Historically, the development of a new larger formation of society requires that the smaller groupings being consolidated now move their center of focus and loyalty to the new entity. This in turn requires changes to the life of the citizens to accomodate the needs of the new larger entity. Habits of lifestyle and relationship that worked in a small, tight-knit community are challenged within an organisation that is many times the size and complexity, and in many cases, which incorporates heterogeneous groups with different customs, religious backgrounds, languages, and political and economic expectations.
Sri Aurobindo describes the formative steps that have taken place as the challenges of developing these larger groupings are recognised: “To enforce its unity is its predominant impulse and to that paramount need it has to sacrifice the diversity, harmonious complexity, richness of various material, freedom of inner relations without which the true perfection of life is impossible. In order to enforce a strong and sure unity it has to create a paramount centre, a concentrated State power, whether of king or military aristocracy or plutocratic class or other governing contrivance, to which the liberty and free life of the individual, the commune, the city, the region or any other lesser unit has to be subordinated and sacrificed. At the same time, there is a tendency to create a firmly mechanised and rigid state of society, sometimes a hierarchy of classes or orders in which the lower is appointed to an inferior place and duty and bound down to a narrower life than the higher, such as the hierarchy of king, clergy, aristocracy, middle class, peasantry, servile class which replaced in Europe the rich and free existence of the city and the tribe or else a rigid caste system such as the one that replaced in India the open and natural existence of the vigorous Aryan clans. Moreover, as we have already seen, the active and stimulating participation of all or most in the full vigour of the common life, which was the great advantage of the small but free earlier communities, is much more difficult in a larger aggregate and is at first impossible. In its place, there is the concentration of the force of life into a dominant centre or at most a governing and directing class or classes, while the great mass of the community is left in a relative torpor and enjoys only a minimum and indirect share of that vitality in so far as it is allowed to filter down from above and indirectly affect the grosser, poorer and narrower life below.”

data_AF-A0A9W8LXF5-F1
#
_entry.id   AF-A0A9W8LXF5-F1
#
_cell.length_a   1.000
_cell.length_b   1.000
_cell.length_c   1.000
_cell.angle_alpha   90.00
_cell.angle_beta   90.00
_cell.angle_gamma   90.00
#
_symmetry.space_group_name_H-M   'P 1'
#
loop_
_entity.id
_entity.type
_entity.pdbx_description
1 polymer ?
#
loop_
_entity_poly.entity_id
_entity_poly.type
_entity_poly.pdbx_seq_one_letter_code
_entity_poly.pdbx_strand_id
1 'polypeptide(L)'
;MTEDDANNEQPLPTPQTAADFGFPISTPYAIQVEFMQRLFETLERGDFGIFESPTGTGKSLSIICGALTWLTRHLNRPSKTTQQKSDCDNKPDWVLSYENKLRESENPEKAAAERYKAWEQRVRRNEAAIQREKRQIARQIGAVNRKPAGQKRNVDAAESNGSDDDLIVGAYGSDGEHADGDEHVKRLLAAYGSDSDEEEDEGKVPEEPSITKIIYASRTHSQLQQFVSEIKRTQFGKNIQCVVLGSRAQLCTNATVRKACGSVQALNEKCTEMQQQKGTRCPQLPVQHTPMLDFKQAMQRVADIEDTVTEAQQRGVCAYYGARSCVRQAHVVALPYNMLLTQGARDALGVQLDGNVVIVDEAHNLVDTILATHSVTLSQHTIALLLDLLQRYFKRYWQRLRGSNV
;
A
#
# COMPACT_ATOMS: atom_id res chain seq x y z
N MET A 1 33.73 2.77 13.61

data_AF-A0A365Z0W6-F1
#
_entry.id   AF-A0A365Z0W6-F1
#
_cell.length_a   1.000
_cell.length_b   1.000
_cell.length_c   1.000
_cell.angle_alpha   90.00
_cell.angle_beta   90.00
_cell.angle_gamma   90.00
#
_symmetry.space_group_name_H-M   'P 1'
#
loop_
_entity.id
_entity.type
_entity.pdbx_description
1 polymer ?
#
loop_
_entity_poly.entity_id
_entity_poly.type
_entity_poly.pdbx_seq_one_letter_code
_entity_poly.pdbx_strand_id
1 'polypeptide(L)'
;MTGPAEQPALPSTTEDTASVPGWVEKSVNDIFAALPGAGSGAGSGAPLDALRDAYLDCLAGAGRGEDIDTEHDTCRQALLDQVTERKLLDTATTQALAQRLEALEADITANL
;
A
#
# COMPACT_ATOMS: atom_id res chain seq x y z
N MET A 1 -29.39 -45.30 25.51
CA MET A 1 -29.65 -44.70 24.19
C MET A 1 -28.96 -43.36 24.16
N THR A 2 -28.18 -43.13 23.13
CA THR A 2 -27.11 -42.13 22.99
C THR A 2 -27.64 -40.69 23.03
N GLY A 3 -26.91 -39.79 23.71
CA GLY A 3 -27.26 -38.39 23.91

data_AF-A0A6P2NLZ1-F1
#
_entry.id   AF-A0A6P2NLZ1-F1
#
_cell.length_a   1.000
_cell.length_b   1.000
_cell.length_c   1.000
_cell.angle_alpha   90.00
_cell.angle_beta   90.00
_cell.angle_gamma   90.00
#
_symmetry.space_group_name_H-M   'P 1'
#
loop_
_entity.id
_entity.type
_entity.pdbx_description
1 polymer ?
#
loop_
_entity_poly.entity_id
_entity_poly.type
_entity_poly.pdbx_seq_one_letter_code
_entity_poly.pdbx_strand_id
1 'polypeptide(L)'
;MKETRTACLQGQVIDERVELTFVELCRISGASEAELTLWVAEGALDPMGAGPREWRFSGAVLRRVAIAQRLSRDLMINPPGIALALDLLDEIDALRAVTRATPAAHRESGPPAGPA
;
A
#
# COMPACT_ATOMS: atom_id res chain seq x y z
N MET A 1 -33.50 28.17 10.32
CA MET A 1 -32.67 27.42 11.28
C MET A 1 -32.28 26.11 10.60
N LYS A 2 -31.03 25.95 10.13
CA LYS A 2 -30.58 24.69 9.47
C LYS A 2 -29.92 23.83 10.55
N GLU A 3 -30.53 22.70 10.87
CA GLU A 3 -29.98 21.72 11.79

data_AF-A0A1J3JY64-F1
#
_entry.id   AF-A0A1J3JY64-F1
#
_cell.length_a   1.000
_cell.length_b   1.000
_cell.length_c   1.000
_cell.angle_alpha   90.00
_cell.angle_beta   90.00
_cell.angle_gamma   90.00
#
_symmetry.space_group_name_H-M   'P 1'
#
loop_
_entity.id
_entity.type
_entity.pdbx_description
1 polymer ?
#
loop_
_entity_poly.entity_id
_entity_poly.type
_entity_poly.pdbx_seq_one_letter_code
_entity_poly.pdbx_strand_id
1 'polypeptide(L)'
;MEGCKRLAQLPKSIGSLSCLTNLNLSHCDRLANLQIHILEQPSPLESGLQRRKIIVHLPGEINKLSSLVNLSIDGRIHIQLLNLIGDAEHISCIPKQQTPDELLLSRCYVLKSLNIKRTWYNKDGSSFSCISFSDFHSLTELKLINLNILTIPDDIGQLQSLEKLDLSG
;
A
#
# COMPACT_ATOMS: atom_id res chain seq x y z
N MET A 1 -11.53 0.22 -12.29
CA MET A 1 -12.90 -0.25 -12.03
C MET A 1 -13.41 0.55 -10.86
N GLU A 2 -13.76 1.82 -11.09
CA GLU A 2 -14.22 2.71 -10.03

The result of this type of activity, witnessed in the attempts of the historical past, are to create an entitled, ruling class of people and a subordinated class that have far less opportunity, income, or access to the resources developed by the society. This becomes in the long run one of the serious weaknesses of the larger groupings, and in the short term, represent a force of oppression which reduces freedom, growth and initiative among the vast majority of the citizens.
Sri Aurobindo, The Ideal of Human Unity, Part I, Chapter 11, The Small Free Unit and the Larger Concentrated Unity, pp. 87-88